Government of Netherlands Moves On Curaçao Online Gambling

Published Thursday, July 28, 2016 -
Government of Netherlands Moves On Curaçao Online Gambling

The European gambling industry has been transformed by the introduction of the internet which has disrupted the status quo of terrestrial operators and governments. In a remote online gambling jurisdiction controlled by the Dutch government Curaçao which is one of the oldest and most politically stable providers of regulated eGaming services since 1996 is having difficulty with illegal gambling.

MP Ronald van Raak of the Socialist Party a short while ago brought concerns about illegal gambling activities offered by Curaçao online casinos and the role of the accountancy firm KPMG in the system to the Dutch parliament. MP Blok and the Junior Minister Dijkhoff stated they were serious about preventing the expansion of illegal online gambling activities from Curaçao in the Netherlands. The Dutch Minister of Security and Justice Ard van der Steur brought up the need for supervision on internet gambling during a meeting of the four Justice Ministers last month.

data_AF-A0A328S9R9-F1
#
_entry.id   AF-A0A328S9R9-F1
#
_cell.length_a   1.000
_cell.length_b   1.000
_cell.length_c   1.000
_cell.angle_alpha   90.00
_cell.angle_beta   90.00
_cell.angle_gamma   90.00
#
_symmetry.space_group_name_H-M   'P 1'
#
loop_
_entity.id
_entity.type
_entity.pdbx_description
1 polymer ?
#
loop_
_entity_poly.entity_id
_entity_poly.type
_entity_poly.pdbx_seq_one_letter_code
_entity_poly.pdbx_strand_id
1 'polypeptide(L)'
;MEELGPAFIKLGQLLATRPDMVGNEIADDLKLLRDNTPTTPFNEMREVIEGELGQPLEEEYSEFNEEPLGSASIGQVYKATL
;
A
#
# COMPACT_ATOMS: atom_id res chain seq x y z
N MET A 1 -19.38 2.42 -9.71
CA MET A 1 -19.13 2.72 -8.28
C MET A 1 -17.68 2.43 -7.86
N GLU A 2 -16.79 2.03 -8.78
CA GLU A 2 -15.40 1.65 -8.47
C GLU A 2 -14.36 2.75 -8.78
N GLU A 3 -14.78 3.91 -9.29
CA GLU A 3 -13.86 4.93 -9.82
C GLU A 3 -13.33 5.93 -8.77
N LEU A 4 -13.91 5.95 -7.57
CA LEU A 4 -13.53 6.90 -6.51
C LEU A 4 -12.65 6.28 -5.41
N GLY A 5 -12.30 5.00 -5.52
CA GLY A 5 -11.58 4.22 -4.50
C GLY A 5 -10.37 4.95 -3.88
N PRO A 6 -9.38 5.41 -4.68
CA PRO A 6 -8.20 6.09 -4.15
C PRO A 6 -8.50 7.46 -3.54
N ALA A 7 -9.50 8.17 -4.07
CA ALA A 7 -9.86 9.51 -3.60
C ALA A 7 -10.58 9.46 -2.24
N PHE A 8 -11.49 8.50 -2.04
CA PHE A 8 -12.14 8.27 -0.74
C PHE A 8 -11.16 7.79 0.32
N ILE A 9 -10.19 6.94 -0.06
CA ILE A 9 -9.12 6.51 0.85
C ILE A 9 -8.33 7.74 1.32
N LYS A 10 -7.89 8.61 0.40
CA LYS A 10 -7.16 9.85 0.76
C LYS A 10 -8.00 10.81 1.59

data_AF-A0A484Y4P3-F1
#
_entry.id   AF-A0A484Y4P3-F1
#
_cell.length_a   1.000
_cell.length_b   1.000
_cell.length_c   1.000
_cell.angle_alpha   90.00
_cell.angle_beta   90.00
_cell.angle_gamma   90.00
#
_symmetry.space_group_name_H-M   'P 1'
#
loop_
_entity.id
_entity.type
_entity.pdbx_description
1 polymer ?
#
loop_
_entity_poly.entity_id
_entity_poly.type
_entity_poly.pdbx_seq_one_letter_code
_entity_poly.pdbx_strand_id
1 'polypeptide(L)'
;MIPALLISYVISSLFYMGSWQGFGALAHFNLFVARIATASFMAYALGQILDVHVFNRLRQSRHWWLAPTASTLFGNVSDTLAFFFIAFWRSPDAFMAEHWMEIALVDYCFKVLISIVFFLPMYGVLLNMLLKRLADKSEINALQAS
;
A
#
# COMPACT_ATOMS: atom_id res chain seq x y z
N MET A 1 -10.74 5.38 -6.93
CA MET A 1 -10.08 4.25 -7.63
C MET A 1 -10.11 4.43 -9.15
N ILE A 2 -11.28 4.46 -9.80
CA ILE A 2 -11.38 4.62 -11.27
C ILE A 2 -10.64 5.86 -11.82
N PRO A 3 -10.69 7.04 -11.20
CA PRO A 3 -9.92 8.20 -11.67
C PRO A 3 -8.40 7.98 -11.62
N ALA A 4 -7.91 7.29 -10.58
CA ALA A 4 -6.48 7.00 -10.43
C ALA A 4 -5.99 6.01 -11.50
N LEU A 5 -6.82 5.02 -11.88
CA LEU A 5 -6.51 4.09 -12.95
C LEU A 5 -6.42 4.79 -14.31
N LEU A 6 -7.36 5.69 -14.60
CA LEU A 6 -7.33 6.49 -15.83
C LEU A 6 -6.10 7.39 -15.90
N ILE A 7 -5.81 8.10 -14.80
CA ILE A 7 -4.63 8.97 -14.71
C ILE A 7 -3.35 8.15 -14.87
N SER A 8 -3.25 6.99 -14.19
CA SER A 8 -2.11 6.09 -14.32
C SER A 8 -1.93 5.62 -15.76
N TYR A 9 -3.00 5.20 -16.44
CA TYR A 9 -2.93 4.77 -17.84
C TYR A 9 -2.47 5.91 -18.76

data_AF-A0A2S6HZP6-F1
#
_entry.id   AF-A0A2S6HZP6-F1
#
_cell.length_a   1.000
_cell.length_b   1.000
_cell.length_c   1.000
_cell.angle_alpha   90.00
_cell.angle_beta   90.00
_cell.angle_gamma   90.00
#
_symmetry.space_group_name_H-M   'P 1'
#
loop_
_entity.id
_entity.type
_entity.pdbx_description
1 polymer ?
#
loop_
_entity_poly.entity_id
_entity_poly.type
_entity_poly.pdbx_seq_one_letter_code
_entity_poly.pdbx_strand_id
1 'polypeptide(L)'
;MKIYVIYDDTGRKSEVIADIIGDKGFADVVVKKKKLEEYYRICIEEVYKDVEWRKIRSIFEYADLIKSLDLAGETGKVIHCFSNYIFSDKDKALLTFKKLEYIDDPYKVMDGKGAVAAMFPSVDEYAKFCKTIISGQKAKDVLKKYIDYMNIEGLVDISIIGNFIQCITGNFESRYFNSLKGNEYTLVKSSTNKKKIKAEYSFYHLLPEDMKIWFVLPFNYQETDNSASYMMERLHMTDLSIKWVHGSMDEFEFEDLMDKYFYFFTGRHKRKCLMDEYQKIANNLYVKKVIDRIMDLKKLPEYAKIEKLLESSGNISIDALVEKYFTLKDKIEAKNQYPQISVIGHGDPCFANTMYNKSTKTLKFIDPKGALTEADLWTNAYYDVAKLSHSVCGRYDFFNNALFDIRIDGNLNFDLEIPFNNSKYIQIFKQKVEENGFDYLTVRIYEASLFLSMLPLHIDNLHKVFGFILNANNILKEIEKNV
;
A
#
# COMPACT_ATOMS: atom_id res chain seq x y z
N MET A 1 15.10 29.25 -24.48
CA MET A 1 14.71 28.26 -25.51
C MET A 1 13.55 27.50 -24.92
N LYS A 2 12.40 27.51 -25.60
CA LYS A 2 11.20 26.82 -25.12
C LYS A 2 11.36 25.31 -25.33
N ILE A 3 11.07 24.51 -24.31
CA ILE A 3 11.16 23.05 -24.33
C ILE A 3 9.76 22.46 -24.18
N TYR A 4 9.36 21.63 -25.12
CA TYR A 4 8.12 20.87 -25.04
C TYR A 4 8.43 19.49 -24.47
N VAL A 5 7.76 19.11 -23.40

Blok also said, Curaçao was an autonomous affair of the Country Curaçao. “Therefore it is a responsibility of the Curaçao Government and of the Curaçao Prosecutor’s Office to secure a proper supervision of online gambling,” The Minister of Security and Justice went on to explain that the Dutch Gaming Authority does not have a mandate to act outside the Netherlands, and that it cannot interfere  in the Curaçao gambling industry.

The Dutch Gaming Authority investigated several reports about online gambling offered by Curaçao websites in the Netherlands in the past.  “It concerned illegal gambling with a limited size on the Dutch market. The investigation resulted in interventions, after which the transgressions were ended.”

Blok maintains that the July 5, 2016, motion moved by Members of Parliament, Nine Kooiman and Jeroen van Wijngaarden called for a larger influence of the Dutch Gaming Authority in Curaçao and St. Maarten, which was widely supported by the Second Chamber, “emphasized that particular attention was needed on this matter.” A response to the motion is expected at a later time.



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